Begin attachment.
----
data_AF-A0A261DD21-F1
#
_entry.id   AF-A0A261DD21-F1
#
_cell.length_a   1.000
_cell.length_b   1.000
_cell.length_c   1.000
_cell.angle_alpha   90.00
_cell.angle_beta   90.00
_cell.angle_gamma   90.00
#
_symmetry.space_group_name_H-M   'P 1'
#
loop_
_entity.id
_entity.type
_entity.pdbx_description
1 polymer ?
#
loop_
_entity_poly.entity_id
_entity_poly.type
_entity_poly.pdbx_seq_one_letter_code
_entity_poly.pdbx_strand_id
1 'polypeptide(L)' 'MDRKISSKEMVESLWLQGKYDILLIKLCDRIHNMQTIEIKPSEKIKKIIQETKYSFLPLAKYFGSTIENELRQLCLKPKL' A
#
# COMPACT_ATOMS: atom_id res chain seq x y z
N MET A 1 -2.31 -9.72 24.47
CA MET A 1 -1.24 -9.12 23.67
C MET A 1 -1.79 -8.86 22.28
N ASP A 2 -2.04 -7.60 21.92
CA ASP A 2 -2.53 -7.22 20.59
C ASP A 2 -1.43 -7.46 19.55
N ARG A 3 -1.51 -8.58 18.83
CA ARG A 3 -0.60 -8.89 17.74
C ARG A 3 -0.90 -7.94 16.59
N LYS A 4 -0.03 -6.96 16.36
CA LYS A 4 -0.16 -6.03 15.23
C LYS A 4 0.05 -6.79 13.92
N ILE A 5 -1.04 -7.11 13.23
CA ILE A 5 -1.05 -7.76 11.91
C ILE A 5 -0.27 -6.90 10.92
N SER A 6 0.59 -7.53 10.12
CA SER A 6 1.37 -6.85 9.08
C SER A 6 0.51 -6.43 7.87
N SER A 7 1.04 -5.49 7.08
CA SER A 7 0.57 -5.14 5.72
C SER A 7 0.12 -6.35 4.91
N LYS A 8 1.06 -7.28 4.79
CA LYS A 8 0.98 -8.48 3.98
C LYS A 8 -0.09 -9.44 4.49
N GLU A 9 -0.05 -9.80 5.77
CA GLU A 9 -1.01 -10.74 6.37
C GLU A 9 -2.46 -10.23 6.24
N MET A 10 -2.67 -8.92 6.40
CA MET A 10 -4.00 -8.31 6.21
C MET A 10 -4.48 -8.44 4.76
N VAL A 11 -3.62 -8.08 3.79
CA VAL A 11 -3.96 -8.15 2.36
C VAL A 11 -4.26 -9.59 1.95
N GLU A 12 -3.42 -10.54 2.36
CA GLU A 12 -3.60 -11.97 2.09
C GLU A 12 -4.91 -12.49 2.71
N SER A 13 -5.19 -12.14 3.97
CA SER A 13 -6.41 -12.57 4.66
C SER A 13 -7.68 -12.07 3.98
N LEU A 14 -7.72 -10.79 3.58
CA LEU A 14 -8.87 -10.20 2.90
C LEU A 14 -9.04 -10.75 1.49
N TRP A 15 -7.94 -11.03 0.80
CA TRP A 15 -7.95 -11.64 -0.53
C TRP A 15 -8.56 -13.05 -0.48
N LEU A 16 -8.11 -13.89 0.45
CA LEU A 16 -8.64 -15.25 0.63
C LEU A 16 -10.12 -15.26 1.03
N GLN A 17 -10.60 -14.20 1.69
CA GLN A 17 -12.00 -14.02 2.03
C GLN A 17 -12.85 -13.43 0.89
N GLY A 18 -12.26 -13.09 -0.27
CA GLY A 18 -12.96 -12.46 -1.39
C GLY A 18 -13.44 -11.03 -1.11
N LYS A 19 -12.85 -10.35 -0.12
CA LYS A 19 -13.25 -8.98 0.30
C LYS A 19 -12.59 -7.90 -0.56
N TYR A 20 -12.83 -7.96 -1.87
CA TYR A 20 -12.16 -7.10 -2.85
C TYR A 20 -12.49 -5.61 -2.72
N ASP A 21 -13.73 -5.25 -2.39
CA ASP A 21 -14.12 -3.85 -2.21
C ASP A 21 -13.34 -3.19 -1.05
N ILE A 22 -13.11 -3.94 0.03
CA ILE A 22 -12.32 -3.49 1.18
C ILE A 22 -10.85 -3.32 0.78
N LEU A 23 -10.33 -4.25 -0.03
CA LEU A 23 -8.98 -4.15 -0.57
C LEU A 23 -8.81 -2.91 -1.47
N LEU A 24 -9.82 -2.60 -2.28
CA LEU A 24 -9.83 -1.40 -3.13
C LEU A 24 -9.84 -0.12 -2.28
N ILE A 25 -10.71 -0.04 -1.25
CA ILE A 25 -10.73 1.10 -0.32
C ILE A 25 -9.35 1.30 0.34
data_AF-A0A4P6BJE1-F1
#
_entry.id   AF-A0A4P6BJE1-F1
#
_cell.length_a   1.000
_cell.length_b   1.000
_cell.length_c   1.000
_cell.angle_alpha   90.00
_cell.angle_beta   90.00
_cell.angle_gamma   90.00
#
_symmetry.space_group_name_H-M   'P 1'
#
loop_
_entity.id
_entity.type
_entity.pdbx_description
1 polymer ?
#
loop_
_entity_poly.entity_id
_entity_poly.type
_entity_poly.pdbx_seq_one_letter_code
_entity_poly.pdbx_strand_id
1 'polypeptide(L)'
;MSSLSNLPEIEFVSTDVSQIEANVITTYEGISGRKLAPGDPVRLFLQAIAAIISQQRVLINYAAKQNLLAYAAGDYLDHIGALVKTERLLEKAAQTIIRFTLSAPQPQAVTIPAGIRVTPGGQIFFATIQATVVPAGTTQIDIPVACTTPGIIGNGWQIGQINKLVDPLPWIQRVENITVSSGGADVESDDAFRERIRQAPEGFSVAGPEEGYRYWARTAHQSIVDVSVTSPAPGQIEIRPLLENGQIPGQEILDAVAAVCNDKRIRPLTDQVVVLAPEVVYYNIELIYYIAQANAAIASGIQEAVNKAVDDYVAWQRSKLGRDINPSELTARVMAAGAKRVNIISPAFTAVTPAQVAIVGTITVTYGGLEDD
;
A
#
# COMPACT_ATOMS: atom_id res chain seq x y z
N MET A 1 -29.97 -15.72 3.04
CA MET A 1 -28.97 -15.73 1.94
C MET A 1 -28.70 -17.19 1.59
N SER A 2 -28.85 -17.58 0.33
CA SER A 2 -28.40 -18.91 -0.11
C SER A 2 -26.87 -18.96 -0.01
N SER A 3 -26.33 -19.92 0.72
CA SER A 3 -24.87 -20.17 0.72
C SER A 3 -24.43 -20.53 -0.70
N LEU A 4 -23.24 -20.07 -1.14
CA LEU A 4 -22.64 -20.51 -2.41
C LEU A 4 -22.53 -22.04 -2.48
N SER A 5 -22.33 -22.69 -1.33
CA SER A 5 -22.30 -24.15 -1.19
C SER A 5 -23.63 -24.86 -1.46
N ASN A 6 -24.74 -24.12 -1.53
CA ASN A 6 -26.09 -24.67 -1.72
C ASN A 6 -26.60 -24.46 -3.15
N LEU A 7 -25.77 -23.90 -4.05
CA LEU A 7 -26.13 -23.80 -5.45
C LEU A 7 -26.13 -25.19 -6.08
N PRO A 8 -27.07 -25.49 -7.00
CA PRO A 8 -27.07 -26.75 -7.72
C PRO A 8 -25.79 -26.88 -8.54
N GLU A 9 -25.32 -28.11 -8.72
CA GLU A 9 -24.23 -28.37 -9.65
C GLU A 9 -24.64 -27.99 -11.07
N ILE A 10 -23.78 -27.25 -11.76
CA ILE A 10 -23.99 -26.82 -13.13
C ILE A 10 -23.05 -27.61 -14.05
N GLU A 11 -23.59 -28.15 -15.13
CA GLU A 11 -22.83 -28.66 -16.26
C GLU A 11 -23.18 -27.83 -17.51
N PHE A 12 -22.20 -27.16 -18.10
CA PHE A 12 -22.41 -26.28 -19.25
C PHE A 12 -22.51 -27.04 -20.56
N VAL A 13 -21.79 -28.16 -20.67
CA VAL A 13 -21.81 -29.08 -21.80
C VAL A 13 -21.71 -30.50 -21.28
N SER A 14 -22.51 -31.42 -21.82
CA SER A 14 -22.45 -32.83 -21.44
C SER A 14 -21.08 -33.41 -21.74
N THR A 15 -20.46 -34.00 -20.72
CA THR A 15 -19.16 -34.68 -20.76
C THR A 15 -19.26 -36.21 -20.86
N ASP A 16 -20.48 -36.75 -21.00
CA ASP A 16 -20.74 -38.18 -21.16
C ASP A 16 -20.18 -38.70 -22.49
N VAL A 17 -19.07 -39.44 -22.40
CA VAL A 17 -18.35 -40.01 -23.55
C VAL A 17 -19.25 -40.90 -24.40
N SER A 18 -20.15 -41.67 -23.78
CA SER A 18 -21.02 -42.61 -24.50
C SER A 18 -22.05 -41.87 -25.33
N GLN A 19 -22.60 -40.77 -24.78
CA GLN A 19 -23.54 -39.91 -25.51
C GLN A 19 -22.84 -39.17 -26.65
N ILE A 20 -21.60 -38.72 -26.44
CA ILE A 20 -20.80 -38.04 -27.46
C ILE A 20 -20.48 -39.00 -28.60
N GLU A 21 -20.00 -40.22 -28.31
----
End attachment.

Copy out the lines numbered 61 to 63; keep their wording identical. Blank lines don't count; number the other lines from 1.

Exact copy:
N GLU A 12 -3.42 -10.54 2.36
CA GLU A 12 -3.60 -11.97 2.09
C GLU A 12 -4.91 -12.49 2.71